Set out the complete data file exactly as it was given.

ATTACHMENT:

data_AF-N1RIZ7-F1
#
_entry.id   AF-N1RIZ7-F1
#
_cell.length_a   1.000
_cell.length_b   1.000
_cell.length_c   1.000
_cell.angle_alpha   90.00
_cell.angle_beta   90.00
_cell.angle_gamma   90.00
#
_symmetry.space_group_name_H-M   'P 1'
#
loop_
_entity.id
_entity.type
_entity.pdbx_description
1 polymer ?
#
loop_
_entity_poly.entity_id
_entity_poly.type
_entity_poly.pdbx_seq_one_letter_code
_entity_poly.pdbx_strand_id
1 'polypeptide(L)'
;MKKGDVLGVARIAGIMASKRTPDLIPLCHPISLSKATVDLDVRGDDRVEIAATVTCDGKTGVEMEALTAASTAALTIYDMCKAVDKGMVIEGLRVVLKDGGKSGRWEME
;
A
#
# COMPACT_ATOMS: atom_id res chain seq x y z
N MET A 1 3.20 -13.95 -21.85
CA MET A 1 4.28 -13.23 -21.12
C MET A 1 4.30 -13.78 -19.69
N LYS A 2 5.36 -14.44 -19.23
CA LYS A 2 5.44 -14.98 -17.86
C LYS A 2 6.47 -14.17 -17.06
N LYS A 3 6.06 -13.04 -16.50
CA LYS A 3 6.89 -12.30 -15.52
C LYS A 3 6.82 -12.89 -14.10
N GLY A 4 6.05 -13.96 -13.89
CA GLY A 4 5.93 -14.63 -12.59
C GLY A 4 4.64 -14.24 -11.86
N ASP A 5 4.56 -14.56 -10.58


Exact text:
data_AF-N1RIZ7-F1
#
_entry.id   AF-N1RIZ7-F1
#
_cell.length_a   1.000
_cell.length_b   1.000
_cell.length_c   1.000
_cell.angle_alpha   90.00
_cell.angle_beta   90.00
_cell.angle_gamma   90.00
#
_symmetry.space_group_name_H-M   'P 1'
#
loop_
_entity.id
_entity.type
_entity.pdbx_description
1 polymer ?
#
loop_
_entity_poly.entity_id
_entity_poly.type
_entity_poly.pdbx_seq_one_letter_code
_entity_poly.pdbx_strand_id
1 'polypeptide(L)'
;MKKGDVLGVARIAGIMASKRTPDLIPLCHPISLSKATVDLDVRGDDRVEIAATVTCDGKTGVEMEALTAASTAALTIYDMCKAVDKGMVIEGLRVVLKDGGKSGRWEME
;
A
#
# COMPACT_ATOMS: atom_id res chain seq x y z
N MET A 1 3.20 -13.95 -21.85
CA MET A 1 4.28 -13.23 -21.12
C MET A 1 4.30 -13.78 -19.69
N LYS A 2 5.36 -14.44 -19.23
CA LYS A 2 5.44 -14.98 -17.86
C LYS A 2 6.47 -14.17 -17.06
N LYS A 3 6.06 -13.04 -16.50
CA LYS A 3 6.89 -12.30 -15.52
C LYS A 3 6.82 -12.89 -14.10
N GLY A 4 6.05 -13.96 -13.89
CA GLY A 4 5.93 -14.63 -12.59
C GLY A 4 4.64 -14.24 -11.86
N ASP A 5 4.56 -14.56 -10.58